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Lost: Livestock in Floresville, Cinnamon Longhorn bull # 2, calf caramel color #24, cows - one white 23, white w/dots # 1. 210-724-5222. 
Reward! Black Manx cat (no tail), shy, medium build, "Bear", missing since Oct. 22, we miss him so much! 210-635-7560.
Large amount of cash in blue bank envelope lost in or around Floresville Tax Office (across from library) Please call if found. I can identify details. Jan 830 391 3757 God Bless
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Ranch hand, semi-retired ranch hand looking for part-time work, live on site or willing to work for rent, or just rent out a place in the country, prefer Wilson County. Email bayfisher12@gmail.com.
ON-CALL CRISIS POOL WORKERS NEEDED. Part-time positions are available for after hours “on-call” crisis workers to respond to mental health crisis for Wilson and Karnes Counties. Duties include crisis interventions, assessments, referrals to stabilization services, and referrals for involuntary treatment services according to the Texas Mental Health Laws. You must have at least a Bachelor’s Degree in psychology, sociology, social work, nursing, etc. On-call hours are from 5 p.m.-8 a.m. weekdays, weekends and holidays vary. If selected, you must attend required training and must be able to report to designated safe sites within 1 hour of request for assessment. Compensation is at a rate of $200 per week plus $100 per completed and submitted crisis assessment, and mileage. If interested call Camino Real Community Services, 210-357-0359.
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On The Road To Forever


Allow Jesus to help you take out trash




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Disclaimer:
Thomas Bonham is responsible for this content, which is not edited by the Wilson County News or wilsoncountynews.com.
December 14, 2010 | 1,060 views | Post a comment

I grew up in a small town in Yankee-land where we had all the services of treated water, sewage, and garbage pickup. But I can also remember visiting friends and grandparents who lived in the country where things were very different.

Well water varied from place to place. Some tasted good; some, bad; some kind of red, some kind of black, and some just plain stank so badly you just didn’t want to use it at all. Sewage, of course, was a septic system, not always in the best of condition. Then there was the household trash pit.

As a young boy, taking the trash to the pit was an adventure. Everything under the sun had been thrown in a pile for years, allowing Mother Nature to tend to the recycling process at her own speed and time.

The pit was filled with tin cans by the hundreds, bottles of every shape and size, furniture and bed springs, old appliances, an ash pit for the coal-burning house furnace, worn-out bicycles, tires, a rusted-out car or two, and sometimes a wrecked vehicle which came with a story on how it got in that shape.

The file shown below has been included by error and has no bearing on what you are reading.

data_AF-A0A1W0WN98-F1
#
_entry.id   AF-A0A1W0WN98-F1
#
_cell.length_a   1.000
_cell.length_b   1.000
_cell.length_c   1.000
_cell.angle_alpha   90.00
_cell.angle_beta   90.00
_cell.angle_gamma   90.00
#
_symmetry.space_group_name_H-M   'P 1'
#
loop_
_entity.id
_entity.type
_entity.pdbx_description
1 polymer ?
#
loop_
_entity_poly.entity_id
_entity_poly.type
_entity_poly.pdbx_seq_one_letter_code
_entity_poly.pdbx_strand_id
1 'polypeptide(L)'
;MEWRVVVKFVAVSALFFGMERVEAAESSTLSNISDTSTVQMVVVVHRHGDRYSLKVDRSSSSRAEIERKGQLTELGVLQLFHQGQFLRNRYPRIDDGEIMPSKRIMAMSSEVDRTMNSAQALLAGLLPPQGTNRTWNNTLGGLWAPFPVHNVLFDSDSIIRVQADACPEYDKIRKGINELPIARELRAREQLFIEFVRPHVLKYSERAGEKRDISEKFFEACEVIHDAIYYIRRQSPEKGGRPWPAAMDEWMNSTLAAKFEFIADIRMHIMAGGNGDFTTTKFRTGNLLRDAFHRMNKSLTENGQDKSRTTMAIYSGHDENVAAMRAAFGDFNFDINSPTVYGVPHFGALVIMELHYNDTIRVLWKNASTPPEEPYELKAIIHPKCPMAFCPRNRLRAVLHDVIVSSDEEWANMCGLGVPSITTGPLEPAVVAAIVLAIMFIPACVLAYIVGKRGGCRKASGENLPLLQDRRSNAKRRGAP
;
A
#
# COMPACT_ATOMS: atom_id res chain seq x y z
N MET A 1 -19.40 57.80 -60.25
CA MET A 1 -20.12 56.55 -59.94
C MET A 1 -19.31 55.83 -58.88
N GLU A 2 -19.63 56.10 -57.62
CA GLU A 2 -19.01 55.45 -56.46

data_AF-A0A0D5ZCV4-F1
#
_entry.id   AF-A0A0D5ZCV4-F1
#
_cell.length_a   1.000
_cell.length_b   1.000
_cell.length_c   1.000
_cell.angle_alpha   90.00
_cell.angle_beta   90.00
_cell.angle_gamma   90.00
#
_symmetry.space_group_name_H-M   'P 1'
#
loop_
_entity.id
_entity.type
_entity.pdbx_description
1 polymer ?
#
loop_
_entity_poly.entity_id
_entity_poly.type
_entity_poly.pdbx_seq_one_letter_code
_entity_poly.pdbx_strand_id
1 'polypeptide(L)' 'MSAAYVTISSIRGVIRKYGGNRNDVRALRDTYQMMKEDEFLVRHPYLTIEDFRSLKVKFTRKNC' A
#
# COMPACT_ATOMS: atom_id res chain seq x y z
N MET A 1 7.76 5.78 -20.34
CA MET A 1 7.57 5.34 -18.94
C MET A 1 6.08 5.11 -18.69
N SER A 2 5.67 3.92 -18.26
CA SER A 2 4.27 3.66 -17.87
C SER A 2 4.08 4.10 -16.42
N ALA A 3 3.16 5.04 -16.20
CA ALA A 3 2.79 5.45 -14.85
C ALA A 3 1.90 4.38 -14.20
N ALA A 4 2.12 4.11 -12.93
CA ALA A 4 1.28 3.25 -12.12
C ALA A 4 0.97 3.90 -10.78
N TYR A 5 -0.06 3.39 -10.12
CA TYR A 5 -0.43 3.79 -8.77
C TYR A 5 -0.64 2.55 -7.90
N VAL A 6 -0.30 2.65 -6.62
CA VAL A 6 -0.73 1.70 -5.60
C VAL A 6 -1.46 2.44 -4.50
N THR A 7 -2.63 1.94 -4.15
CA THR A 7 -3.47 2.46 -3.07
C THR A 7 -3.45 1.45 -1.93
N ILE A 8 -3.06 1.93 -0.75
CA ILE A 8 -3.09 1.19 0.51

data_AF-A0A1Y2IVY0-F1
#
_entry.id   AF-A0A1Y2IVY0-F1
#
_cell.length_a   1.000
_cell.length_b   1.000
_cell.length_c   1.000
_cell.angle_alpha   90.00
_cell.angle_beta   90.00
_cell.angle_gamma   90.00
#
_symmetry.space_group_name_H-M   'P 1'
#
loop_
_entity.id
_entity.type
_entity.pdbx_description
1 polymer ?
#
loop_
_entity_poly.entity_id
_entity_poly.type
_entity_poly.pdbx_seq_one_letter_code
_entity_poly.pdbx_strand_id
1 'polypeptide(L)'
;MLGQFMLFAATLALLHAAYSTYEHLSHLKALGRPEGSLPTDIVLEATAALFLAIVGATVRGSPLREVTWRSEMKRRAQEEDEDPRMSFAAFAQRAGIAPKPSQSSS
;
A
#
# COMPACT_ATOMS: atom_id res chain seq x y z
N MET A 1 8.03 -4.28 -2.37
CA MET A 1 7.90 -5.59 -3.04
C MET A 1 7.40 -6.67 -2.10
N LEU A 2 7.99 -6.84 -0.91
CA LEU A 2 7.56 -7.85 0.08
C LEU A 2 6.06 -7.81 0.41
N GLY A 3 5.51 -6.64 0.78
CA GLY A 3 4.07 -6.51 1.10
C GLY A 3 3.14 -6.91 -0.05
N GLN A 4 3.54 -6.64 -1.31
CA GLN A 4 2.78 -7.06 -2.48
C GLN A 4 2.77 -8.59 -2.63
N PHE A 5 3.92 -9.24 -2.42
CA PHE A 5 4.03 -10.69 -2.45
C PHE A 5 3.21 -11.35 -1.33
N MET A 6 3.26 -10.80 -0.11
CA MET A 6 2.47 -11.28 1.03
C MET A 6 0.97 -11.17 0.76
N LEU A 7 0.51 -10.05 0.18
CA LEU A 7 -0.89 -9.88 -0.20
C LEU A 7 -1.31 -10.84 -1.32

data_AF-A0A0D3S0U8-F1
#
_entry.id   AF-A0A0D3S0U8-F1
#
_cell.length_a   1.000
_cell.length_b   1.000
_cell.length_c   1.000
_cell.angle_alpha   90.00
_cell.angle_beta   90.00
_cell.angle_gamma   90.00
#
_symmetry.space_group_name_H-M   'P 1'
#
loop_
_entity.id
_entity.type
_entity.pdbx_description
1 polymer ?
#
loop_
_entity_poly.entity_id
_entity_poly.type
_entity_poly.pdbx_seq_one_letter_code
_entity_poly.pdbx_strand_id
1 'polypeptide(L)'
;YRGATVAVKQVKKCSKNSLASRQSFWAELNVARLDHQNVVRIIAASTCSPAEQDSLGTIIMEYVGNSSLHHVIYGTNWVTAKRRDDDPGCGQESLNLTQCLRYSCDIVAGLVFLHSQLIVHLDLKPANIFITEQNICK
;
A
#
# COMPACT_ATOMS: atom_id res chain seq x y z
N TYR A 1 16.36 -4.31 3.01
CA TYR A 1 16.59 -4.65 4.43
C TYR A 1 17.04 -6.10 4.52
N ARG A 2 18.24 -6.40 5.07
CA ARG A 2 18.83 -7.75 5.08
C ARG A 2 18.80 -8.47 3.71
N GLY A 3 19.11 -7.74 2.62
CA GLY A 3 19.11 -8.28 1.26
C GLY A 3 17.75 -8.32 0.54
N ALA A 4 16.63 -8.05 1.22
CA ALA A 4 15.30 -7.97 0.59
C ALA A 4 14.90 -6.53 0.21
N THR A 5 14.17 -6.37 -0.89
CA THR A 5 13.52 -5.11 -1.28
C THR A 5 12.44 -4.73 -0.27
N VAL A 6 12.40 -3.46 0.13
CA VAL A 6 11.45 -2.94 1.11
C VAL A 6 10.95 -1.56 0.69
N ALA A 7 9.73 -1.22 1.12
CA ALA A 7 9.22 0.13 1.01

We purchase, use, then throw it away without giving it a second thought. We are consumers and that’s what we do best. Consume things. It’s still a chore that has to be done regularly, putting out the trash. It all gets hauled off to a trash pit somewhere out of sight and out of mind. Mother Nature still does her thing.

The Sunday school teacher asked Jimmie why he was late.

“I was gonna go fishing, but Daddy wouldn’t let me,” Jimmie replied.

“You have a wise father,” said the teacher. “Did he explain why you shouldn’t go fishing today?”

“Sure,” said Jimmie. “My dad said there wasn’t enough bait for both of us to go fishing.”

A man took his 3-year-old daughter to the home-improvement store. She quickly became tired of walking, so he let her ride on his shoulders. Soon after he began carrying her, she started pulling on his hair. Although he asked her kindly several times to cease pulling his hair, she kept on.

Getting annoyed, he began to severely scold her. “But Daddy,” she whimpered, “I’m trying to get my bubble gum back!”

[Ephesians 4: 17-32; Colossians 3: 1-9; James 1: 19-21; 1 Peter 2: 1]

A consumer is generally considered to be the “end user.” Of course this involves a lot more than eating a bologna sandwich and drinking a soda. Our stomach is probably the least to receive what we consume. Our eyes and ears consume the most of what we use in this life, and unfortunately, that can tend to make our brain a sizable trash pit. It’s the end of the year and most everyone is examining their life, making a note on the things they would like to change, making resolutions (promises) to oneself. May I suggest it’s time to take out the trash?

Paul, James, and Peter have made some great statements on what you must do to clean up your trash pit. Jesus teaches about taking out the trash (Luke 11: 24-26). The trouble is, if you don’t put something back in its place, you may end up with a bigger trash pit than before. So, the wisdom of the Spirit has also led the Apostles to tell us what we must replace our trash with [Ephesians 5: 1-21; Colossians 3:10-17; James 1: 22-25; 2 Peter 1: 3-8].

Can you clean up your trash pit? Yes, you can, with God’s help.

Trust in the Lord to make all things right and it will happen. Don’t like some of the things in your life? Pray about them and work on change. God loves you so much He gave us His one and only Son, sacrificed for the atonement of the sins of the world.

God is willing to work on your trash pit with you today. Pray about it.

Thomas W. Bonham is an associate minister with the Floresville Church of Christ. His e-mail is twbonham@felpsis.net. Find his column on his blog at http://wilsoncountynews.com.
 
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